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Robust Two-Phase Cooling Technology for Megawatt Space-Based Systems

Award Information
Agency: National Aeronautics and Space Administration
Branch: N/A
Contract: 80NSSC23PB614
Agency Tracking Number: 232742
Amount: $149,991.00
Phase: Phase I
Program: SBIR
Solicitation Topic Code: Z2
Solicitation Number: SBIR_23_P1
Solicitation Year: 2023
Award Year: 2023
Award Start Date (Proposal Award Date): 2023-07-19
Award End Date (Contract End Date): 2024-02-02
Small Business Information
7830 My Way
Clifton, VA 20124-2000
United States
DUNS: 048983733
HUBZone Owned: No
Woman Owned: No
Socially and Economically Disadvantaged: Yes
Principal Investigator
 Triem Hoang
 (703) 344-4575
Business Contact
 Triem Hoang
Phone: (703) 344-4575
Research Institution

Loop Heat Pipe (LHP) has been the leading two-phase heat transport technology for space-based thermal control subsystems (TCS) for more than 20 years.nbsp; LHPs are capillary-pumped devices having no mechanical moving parts to wear out or break down.nbsp; Due to the excellent phase-change heat transfer efficiency, for the most part, two-phase loops are lightweight and more compact than the single-phase counterparts.nbsp; Hence, it has become popular among the thermal engineers for the operational reliability, robustness, long life, and more importantly, requiring no maintenance.nbsp; Nevertheless, after more than two decades in service, the thermal requirements ndash; imposed on the TCS by the ever-increasing demand for the payload power ndash; are finally outpacing the LHP capability.nbsp; Sintered metal powder wicks of todayrsquo;s technology generate a maximum capillary pumping head of about 5psid with Ammonia as the working fluid.nbsp; Nominal room-temperature Ammonia LHPs have heat transport capacities of approximately 5kW-m, which is sufficient for most space-based TCS at the present.nbsp; However, the NASA Artemis program ndash; in which an astronaut lunar base camp is planned ndash; shall require the heat management in excess of hundreds (if not thousands) of kilo-Watts over long distances.nbsp; In addition, the lunar human base includes many heat-dissipating equipment situated at far-apart locations. nbsp;The heat collection would be a serious challenge for a single-evaporator LHP for it has only one heat collection site with a limited external surface to interface the heat source.nbsp; Hence, more capable heat transport technologies (with multiple evaporators and condensers) need to be developed and flight qualified quickly to achieve the Technology Readiness Level (TRL) of 7-8 for the LHP replacement in 10-20 years.nbsp;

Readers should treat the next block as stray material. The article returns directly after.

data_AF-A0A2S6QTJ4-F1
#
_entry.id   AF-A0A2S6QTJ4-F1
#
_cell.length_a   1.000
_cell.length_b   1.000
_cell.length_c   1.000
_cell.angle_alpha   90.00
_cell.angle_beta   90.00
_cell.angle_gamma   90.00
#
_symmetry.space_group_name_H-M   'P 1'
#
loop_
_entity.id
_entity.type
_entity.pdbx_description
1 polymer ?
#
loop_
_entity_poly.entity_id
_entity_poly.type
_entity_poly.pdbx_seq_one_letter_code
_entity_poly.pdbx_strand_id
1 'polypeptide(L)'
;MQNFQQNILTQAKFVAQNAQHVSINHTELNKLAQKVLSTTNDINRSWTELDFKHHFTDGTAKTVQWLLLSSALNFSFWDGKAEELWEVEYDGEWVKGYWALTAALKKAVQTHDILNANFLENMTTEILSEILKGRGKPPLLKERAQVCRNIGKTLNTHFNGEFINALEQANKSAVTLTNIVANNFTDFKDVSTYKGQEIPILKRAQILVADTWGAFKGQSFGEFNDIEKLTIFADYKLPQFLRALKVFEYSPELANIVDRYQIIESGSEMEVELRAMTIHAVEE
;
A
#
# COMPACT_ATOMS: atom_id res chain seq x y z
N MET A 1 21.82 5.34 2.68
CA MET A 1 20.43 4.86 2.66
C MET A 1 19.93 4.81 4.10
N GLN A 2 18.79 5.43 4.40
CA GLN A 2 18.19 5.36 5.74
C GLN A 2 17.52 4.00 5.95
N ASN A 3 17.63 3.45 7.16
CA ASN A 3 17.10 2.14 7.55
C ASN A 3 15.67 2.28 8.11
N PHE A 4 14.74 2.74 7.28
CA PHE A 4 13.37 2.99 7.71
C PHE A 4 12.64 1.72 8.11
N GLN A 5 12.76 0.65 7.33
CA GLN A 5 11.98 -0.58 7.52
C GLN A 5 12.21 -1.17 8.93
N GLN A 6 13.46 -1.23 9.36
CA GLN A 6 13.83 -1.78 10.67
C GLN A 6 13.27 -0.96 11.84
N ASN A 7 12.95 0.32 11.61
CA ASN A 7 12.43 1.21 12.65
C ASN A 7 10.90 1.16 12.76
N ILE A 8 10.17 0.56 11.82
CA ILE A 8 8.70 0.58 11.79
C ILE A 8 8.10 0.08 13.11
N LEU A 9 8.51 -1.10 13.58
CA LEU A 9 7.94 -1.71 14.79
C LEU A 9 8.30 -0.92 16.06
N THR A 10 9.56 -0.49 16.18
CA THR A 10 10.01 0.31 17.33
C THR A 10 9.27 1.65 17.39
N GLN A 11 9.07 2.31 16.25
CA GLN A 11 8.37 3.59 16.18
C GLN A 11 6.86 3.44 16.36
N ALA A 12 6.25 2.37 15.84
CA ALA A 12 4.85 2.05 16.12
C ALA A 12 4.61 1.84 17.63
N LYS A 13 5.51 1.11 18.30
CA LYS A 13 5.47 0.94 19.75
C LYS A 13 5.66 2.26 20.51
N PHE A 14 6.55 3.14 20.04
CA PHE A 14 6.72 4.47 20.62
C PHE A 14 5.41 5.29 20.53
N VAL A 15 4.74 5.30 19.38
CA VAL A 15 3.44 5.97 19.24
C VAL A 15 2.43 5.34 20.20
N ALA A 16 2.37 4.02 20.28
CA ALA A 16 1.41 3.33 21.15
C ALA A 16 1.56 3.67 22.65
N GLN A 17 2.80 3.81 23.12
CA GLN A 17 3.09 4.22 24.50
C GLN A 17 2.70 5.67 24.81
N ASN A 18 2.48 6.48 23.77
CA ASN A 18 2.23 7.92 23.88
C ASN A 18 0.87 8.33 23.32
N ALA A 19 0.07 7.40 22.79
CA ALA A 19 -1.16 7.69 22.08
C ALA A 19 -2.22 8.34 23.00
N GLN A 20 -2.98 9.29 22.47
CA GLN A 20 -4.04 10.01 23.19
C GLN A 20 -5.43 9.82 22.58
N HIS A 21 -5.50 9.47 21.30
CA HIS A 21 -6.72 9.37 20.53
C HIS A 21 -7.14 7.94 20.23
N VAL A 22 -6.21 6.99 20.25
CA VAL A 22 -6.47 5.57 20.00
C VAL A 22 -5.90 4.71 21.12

* Information listed above is at the time of submission. *

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